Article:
Thailand cuts back N. Korean trade to nearly 'none': goverment

By AFP   December 14, 2017 | 01:28 am PT
Thailand cuts back N. Korean trade to nearly 'none': goverment
Thailand's Prime Minister Prayuth Chan-ocha attends the opening session of the 20th ASEAN-JAPAN Summit in Manila, Philippines November 13, 2017. Photo by Reuters/Athit Perawongmetha
'It's expected that by late 2017 there will be no export or import of goods between Thailand and North Korea.'

Thailand has drastically reduced trade with North Korea amid mounting international pressure to isolate the pariah state, the government said Thursday, as a senior U.S. envoy arrived for talks on Pyongyang's nuclear program.

The kingdom is one of several Southeast Asian countries to host a North Korean embassy, and once enjoyed valuable economic ties with the reclusive regime.

But the commerce ministry said Thursday trade with Pyongyang had "plunged" and would soon be nonexistent as Thailand complies with U.N. resolutions to cut off North Korea in response to its increasingly powerful missile and nuclear tests.

"It's expected that by late 2017 there will be no export or import of goods between Thailand and North Korea," said Pimchanok Vonkorpon, director of the Thai Commerce Ministry's Trade Policy and Strategy Office.

The announcement came as U.S. Special Envoy for North Korea policy Joseph Yun arrived in Bangkok for talks with senior Thai officials, according to the U.S. embassy, which declined to provide more details.

Yun's visit is part of a December 11-15 trip to Asia -- including a stop in Japan -- "to discuss ways to strengthen the pressure campaign following the DPRK's latest ballistic missile test," the US State Department said in an earlier statement, referring to the Democratic People's Republic of Korea, the North's official name.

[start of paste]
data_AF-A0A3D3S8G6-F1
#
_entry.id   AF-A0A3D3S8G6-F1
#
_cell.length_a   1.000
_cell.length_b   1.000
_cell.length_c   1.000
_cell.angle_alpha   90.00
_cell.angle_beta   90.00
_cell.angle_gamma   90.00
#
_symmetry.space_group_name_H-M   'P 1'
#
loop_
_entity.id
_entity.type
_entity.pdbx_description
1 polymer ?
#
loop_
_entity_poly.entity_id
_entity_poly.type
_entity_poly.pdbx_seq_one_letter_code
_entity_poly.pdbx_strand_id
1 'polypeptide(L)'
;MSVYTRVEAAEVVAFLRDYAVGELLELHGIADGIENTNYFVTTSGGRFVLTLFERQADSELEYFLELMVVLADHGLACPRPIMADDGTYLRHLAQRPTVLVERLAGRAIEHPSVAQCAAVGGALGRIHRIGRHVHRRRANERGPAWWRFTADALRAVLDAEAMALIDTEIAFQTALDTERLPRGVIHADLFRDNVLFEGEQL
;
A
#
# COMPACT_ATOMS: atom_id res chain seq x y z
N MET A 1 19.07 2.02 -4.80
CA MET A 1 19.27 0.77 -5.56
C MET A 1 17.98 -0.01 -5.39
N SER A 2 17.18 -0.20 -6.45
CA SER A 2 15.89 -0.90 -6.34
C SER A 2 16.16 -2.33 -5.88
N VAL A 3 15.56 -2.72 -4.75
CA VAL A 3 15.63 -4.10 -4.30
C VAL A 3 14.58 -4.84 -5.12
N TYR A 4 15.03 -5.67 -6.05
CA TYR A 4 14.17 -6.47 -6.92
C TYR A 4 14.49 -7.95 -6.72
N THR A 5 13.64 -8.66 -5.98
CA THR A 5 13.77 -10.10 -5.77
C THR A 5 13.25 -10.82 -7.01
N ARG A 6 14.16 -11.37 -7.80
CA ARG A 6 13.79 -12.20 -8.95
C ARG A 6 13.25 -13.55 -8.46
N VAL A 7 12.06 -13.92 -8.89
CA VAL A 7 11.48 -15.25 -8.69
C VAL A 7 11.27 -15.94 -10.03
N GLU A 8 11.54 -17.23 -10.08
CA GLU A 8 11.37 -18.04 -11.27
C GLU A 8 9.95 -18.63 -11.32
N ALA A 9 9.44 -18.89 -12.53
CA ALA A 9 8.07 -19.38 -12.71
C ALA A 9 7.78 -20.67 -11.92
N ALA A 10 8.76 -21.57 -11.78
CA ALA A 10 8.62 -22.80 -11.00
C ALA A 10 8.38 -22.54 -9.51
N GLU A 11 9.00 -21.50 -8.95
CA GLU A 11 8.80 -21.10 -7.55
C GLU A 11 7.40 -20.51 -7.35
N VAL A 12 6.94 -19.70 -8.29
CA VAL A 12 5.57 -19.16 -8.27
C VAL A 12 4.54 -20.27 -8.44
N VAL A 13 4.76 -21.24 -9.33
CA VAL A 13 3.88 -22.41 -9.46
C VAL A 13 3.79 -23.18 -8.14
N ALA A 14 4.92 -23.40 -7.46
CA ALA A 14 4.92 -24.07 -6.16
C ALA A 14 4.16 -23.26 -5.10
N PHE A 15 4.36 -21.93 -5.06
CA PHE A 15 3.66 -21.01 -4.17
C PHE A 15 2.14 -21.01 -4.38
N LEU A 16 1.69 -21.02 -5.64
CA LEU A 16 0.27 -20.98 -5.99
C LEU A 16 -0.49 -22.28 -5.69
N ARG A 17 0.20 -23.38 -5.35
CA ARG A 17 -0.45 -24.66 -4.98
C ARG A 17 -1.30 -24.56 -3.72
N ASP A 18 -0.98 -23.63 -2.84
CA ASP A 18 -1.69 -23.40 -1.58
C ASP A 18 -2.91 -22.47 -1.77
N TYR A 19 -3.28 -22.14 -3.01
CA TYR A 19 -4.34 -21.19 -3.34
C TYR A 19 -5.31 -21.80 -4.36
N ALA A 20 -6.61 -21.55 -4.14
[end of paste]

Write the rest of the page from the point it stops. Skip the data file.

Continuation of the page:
The U.S. remains frustrated that international sanctions on North Korea have not resulted in Pyongyang halting its nuclear and long-range ballistic missile tests.

But sanctions against North Korea have started to bite.

The U.N. Security Council ordered countries to stop providing guest work permits to North Koreans after Pyongyang's sixth nuclear test in September.

The ban impacts an estimated 100,000 North Koreans who send some $500 million in wages back to the authoritarian regime in Pyongyang, led by Kim Jong-Un.

The U.N. and the U.S. have called on Southeast Asian leaders to do more to sever ties with North Korea.

In August, U.S. Secretary of State Rex Tillerson stopped Bangkok in August to put pressure on the government to crack down on North Korean shell companies that use the Thai capital as a trading hub.

But Washington has focused its efforts on Beijing, urging Pyongyang's longtime ally and economic lifeline to rein in Kim and his nuclear program.

China has accepted a series U.N. sanctions against the Pyongyang but so far resisted calls to shut a crude oil pipeline considered crucial to North Korea's economy.

Meanwhile, U.S. President Donald Trump's administration has swung back-and-forth between contradicting approaches to the crisis on the Korean peninsula, with Tillerson adopting a more diplomatic attitude amid fiery rhetoric from the White House.

On Wednesday, the State Department said that the U.S. position on North Korea has not changed despite Tillerson's comments that he would be willing to talk to the regime without preconditions.

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